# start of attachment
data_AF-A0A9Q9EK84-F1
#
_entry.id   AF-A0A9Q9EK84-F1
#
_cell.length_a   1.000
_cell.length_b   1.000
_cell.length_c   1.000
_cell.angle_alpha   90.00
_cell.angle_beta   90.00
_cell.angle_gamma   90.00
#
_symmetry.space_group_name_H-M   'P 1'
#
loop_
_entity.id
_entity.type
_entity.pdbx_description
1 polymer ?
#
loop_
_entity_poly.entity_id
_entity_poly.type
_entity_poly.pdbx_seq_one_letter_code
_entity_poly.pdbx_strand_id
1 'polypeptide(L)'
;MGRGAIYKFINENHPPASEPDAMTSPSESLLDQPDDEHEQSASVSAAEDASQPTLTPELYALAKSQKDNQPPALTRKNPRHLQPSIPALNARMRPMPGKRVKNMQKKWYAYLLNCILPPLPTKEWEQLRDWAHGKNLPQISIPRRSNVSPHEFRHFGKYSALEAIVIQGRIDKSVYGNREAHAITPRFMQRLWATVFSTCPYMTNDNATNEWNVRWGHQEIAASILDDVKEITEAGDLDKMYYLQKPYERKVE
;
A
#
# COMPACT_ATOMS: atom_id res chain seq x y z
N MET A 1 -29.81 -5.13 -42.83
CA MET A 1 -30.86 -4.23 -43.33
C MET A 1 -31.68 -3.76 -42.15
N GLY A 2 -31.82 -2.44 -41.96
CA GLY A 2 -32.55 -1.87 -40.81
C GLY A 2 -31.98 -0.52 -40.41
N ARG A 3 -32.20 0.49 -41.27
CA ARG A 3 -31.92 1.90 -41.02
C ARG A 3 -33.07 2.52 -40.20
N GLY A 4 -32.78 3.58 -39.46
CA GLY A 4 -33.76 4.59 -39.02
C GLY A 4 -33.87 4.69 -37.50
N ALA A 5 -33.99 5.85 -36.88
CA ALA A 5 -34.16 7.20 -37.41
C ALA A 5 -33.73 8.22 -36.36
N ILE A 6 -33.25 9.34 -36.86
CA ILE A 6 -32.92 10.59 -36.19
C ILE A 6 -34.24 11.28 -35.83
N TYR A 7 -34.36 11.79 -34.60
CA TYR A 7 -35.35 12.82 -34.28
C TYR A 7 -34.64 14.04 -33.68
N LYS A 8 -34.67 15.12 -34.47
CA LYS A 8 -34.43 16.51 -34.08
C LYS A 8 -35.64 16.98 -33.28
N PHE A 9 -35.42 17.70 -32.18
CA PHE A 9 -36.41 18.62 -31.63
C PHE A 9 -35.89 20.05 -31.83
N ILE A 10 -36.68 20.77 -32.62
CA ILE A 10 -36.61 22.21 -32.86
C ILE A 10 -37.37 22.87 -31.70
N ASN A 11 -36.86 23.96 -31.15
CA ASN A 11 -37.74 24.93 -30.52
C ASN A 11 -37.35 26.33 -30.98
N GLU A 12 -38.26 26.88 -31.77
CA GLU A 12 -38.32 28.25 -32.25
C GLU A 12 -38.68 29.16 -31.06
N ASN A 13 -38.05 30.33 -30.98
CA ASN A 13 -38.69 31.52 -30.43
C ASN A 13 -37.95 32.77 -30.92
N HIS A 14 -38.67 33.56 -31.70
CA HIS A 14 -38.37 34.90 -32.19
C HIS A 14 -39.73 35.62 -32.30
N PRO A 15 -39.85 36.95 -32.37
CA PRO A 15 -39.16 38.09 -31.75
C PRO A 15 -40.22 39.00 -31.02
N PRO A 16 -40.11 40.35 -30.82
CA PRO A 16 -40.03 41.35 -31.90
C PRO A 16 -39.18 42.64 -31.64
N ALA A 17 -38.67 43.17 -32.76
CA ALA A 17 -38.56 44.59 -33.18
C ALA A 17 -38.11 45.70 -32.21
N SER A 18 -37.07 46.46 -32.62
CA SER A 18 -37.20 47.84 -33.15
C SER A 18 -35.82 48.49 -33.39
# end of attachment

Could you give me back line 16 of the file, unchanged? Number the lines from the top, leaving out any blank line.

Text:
_entity.type